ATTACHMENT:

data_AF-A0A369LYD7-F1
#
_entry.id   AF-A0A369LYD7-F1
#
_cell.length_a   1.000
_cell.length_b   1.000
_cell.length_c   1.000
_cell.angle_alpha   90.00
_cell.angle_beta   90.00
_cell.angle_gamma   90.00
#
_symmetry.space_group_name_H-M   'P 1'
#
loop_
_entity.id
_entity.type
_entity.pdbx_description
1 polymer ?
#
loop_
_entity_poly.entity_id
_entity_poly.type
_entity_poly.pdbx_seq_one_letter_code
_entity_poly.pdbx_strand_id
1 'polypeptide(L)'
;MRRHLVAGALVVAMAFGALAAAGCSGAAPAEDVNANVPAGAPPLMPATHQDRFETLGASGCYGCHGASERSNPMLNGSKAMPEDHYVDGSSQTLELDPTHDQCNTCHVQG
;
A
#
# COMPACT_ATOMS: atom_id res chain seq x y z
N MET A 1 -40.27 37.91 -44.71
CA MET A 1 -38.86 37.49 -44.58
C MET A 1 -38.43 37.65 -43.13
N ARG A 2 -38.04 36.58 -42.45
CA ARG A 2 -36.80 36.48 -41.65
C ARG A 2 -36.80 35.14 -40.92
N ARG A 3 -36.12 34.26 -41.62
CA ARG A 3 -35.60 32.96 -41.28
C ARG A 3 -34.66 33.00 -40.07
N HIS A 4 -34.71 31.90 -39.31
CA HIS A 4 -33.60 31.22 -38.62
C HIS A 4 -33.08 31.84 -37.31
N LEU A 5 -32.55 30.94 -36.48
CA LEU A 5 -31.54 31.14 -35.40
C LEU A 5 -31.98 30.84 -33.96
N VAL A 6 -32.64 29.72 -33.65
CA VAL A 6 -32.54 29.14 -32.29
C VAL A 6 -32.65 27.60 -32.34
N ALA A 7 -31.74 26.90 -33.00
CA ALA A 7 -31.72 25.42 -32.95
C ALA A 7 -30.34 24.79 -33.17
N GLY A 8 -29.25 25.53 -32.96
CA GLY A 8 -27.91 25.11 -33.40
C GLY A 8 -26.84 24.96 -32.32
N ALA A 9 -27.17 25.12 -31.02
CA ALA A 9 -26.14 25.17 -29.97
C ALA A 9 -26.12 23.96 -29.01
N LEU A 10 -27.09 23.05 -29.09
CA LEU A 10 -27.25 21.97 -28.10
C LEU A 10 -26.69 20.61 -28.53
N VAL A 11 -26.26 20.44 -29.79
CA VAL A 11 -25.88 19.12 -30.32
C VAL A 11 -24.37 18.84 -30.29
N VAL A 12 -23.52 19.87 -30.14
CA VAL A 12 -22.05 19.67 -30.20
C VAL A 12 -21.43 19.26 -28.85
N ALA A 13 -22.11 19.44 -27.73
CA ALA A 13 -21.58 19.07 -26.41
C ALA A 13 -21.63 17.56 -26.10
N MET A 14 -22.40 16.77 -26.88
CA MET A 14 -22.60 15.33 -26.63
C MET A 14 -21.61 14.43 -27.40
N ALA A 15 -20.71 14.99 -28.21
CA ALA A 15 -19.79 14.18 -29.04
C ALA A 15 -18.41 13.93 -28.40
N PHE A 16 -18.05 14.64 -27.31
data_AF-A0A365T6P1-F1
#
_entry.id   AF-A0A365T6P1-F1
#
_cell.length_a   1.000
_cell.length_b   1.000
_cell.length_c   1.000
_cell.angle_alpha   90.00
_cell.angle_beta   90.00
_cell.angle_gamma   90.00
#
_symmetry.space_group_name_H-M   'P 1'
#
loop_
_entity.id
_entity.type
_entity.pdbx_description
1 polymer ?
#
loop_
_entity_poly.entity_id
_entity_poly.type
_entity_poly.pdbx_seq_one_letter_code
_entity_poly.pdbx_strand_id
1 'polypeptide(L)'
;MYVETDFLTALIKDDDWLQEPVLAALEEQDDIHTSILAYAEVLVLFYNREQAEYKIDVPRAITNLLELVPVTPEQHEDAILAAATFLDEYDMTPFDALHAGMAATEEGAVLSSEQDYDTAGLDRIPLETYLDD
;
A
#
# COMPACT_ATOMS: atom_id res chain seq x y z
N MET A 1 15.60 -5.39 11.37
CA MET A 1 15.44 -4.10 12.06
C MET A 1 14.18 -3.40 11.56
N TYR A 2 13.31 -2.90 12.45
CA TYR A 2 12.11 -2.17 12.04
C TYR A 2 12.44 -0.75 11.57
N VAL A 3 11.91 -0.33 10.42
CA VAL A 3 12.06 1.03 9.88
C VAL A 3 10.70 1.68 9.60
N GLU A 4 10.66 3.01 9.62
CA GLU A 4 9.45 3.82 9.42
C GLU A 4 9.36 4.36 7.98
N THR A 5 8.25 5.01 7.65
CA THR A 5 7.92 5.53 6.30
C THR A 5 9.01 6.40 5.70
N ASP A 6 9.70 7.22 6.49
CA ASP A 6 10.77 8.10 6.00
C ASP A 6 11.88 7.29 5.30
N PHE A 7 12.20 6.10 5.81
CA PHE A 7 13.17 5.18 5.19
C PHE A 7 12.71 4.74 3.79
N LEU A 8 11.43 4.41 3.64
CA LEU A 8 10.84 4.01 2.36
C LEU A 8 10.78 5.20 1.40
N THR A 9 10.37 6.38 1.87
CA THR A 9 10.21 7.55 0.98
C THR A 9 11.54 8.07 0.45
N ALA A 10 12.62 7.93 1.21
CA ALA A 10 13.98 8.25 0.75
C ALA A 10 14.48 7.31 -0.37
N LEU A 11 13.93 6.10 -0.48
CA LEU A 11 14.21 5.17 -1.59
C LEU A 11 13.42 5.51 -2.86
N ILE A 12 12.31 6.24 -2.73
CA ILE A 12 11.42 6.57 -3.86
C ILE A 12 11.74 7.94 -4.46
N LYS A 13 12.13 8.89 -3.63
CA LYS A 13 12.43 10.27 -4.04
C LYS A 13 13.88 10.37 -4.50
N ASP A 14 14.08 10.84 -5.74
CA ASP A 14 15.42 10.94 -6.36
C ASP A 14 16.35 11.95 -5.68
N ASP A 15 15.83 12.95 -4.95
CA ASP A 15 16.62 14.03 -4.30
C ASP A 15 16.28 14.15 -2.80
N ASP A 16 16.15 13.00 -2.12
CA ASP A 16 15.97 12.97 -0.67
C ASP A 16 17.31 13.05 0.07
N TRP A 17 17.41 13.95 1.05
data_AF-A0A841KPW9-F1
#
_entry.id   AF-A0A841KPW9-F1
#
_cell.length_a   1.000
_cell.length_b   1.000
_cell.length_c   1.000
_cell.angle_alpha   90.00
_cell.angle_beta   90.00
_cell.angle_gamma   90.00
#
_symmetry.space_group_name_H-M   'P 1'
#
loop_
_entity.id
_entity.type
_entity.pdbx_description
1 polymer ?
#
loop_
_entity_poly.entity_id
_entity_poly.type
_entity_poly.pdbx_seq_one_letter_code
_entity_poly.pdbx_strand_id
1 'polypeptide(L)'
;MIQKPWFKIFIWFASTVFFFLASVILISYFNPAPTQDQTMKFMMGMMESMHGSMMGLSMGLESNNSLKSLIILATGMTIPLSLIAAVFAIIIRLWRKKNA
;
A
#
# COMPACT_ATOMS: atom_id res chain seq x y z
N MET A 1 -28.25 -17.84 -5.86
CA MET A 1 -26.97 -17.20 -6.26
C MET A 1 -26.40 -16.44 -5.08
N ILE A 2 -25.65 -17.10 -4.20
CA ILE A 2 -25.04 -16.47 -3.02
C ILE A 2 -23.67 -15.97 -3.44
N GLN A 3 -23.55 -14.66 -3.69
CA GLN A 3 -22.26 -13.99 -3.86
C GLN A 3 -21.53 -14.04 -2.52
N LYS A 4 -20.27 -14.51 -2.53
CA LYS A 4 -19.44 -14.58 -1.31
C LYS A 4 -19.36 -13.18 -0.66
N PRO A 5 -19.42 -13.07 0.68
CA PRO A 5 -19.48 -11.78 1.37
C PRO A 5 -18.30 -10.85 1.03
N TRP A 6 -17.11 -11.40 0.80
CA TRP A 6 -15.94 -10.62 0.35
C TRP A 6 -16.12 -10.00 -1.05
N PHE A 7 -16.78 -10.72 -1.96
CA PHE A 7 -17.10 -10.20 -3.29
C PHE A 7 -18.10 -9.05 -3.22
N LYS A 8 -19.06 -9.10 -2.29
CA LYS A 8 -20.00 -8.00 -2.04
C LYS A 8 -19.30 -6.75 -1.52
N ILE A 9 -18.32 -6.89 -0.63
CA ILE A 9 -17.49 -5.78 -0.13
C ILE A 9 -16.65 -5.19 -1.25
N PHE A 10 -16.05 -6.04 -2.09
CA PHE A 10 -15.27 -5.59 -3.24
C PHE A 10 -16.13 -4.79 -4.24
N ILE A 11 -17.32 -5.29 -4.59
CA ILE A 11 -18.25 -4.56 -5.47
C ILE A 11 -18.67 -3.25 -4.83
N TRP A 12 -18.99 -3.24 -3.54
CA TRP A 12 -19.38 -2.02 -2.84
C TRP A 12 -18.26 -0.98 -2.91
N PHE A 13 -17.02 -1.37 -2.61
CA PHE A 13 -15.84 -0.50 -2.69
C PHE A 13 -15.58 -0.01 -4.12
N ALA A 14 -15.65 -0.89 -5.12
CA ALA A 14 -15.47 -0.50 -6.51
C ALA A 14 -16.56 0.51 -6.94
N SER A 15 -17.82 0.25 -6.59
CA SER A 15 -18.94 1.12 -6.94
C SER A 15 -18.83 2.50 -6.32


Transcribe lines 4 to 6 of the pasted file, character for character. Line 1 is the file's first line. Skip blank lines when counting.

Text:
#
_cell.length_a   1.000
_cell.length_b   1.000